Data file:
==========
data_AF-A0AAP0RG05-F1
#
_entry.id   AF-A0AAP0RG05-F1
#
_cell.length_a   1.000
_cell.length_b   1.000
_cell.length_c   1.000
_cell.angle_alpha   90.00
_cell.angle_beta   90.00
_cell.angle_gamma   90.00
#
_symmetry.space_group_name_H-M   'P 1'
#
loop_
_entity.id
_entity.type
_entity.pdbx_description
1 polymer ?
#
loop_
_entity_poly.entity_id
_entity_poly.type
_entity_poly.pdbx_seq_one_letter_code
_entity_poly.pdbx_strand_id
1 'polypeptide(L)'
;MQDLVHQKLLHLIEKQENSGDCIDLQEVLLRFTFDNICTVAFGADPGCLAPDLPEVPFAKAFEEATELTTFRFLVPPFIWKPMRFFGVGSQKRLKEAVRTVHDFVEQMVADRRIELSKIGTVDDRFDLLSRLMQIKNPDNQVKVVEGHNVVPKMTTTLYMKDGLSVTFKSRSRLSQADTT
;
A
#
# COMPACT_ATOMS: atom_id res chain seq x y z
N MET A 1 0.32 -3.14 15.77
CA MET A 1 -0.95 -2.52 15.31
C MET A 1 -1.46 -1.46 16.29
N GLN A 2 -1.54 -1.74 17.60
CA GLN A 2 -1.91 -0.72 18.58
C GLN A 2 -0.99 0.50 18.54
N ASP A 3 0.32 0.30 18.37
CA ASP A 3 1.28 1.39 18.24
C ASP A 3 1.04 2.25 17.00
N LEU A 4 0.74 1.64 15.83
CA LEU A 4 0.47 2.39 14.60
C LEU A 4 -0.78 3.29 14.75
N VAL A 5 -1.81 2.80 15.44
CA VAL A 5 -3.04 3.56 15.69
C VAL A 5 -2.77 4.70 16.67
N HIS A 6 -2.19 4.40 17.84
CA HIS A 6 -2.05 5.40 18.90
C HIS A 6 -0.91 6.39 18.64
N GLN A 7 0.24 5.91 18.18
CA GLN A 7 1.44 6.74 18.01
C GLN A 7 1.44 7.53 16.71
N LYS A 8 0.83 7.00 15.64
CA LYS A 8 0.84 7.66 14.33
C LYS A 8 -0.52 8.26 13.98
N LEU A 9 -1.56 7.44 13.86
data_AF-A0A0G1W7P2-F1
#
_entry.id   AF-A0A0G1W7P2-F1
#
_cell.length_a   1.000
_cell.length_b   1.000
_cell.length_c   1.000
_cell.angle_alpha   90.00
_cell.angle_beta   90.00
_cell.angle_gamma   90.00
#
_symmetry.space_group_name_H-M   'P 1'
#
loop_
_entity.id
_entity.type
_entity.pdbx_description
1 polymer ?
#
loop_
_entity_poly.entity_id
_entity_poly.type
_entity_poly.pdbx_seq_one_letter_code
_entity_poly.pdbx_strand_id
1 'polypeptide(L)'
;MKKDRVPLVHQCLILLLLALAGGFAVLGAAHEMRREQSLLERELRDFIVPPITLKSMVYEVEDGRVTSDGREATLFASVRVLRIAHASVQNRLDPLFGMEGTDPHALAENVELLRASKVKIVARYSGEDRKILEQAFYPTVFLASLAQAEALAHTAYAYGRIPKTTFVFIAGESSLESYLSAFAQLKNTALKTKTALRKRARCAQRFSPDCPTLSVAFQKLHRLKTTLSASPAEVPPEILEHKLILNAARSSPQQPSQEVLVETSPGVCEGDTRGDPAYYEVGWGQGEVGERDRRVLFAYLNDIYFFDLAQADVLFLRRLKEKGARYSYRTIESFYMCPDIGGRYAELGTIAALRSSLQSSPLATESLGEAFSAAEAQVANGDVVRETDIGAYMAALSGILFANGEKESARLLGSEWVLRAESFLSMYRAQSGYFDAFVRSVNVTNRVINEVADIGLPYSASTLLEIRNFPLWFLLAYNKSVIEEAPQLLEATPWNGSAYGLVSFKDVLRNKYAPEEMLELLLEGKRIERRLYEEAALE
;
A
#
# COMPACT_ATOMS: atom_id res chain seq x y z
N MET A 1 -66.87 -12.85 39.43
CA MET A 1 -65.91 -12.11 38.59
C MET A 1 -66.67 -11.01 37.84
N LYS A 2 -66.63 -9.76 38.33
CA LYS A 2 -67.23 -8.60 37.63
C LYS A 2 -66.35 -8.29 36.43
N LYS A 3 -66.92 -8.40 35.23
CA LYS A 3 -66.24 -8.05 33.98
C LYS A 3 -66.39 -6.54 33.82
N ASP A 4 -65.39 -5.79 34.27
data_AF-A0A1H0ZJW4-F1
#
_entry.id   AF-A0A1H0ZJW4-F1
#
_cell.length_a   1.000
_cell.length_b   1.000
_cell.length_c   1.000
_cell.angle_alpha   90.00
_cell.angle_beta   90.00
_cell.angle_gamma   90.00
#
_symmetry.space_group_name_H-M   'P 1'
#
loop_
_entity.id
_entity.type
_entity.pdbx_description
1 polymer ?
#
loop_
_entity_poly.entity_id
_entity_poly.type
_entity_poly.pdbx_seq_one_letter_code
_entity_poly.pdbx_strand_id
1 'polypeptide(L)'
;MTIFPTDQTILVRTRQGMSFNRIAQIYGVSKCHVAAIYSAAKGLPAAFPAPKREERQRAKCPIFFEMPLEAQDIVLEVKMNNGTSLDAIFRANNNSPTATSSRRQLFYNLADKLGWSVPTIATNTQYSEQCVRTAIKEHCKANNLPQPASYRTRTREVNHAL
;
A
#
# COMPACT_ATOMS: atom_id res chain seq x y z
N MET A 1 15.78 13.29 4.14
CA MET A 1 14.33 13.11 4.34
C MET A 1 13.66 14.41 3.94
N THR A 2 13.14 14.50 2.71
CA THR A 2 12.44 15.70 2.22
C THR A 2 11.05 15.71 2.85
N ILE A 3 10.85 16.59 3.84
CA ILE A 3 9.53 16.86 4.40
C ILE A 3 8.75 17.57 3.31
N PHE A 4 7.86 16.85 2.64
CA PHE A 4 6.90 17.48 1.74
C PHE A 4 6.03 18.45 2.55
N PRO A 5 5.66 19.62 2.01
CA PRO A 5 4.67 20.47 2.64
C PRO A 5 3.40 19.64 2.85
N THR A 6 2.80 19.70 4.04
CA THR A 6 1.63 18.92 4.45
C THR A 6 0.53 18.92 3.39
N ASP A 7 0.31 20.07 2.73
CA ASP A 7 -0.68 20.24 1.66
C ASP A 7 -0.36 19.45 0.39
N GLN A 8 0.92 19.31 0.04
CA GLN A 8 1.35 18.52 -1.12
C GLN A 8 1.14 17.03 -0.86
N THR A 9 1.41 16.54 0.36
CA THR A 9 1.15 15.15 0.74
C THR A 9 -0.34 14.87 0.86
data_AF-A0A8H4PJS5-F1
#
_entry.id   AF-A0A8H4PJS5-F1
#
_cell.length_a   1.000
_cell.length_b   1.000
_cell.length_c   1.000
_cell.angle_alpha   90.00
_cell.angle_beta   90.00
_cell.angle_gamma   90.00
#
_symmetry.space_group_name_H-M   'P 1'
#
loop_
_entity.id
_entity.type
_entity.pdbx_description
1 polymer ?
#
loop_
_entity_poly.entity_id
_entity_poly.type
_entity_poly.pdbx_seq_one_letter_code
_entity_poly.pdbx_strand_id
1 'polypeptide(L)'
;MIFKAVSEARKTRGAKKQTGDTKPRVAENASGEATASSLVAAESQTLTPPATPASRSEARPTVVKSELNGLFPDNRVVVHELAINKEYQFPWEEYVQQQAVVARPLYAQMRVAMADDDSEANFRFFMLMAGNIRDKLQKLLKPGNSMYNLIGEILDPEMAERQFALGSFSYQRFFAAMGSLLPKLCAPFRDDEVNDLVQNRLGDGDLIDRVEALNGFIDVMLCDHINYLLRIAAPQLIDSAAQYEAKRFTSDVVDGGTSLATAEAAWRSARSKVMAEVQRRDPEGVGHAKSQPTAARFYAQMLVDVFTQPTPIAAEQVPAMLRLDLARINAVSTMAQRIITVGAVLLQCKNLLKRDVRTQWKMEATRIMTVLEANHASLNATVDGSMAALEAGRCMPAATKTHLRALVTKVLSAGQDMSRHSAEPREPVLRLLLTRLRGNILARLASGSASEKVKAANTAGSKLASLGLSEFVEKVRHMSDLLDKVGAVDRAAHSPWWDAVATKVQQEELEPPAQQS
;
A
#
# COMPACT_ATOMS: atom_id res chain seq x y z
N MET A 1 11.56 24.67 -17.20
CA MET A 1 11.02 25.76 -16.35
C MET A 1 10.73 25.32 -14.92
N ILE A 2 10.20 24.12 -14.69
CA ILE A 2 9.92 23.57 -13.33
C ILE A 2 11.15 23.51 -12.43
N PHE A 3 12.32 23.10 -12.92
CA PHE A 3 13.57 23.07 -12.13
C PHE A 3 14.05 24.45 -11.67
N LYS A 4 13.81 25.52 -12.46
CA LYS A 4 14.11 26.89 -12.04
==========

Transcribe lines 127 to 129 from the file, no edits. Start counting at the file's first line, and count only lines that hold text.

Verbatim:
CA MET A 1 14.33 13.11 4.34
C MET A 1 13.66 14.41 3.94
N THR A 2 13.14 14.50 2.71